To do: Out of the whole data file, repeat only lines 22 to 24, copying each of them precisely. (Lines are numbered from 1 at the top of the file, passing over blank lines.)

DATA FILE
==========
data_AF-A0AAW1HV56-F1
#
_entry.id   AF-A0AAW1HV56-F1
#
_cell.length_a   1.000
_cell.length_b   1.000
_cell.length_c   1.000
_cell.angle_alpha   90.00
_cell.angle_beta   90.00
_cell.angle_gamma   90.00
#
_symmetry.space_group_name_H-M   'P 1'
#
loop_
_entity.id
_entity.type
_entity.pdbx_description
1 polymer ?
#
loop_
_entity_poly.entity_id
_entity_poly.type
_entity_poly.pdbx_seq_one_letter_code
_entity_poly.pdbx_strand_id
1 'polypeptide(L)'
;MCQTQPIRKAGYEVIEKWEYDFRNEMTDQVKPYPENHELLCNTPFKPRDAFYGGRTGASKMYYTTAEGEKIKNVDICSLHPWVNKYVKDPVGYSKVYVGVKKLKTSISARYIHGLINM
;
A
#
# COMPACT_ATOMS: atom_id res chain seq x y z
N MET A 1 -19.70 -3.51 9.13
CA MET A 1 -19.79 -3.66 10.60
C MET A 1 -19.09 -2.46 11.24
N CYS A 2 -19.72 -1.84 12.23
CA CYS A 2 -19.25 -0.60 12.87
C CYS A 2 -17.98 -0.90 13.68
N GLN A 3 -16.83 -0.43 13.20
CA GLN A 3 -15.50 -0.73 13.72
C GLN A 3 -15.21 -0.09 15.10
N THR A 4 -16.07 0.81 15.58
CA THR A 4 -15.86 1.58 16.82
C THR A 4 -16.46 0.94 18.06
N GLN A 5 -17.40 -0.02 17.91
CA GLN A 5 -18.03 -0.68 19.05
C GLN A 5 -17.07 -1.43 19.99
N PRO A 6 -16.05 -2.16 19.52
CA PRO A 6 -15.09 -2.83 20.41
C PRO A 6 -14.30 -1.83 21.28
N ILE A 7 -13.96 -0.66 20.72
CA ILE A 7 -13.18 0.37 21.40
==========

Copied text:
_entity_poly.type
_entity_poly.pdbx_seq_one_letter_code
_entity_poly.pdbx_strand_id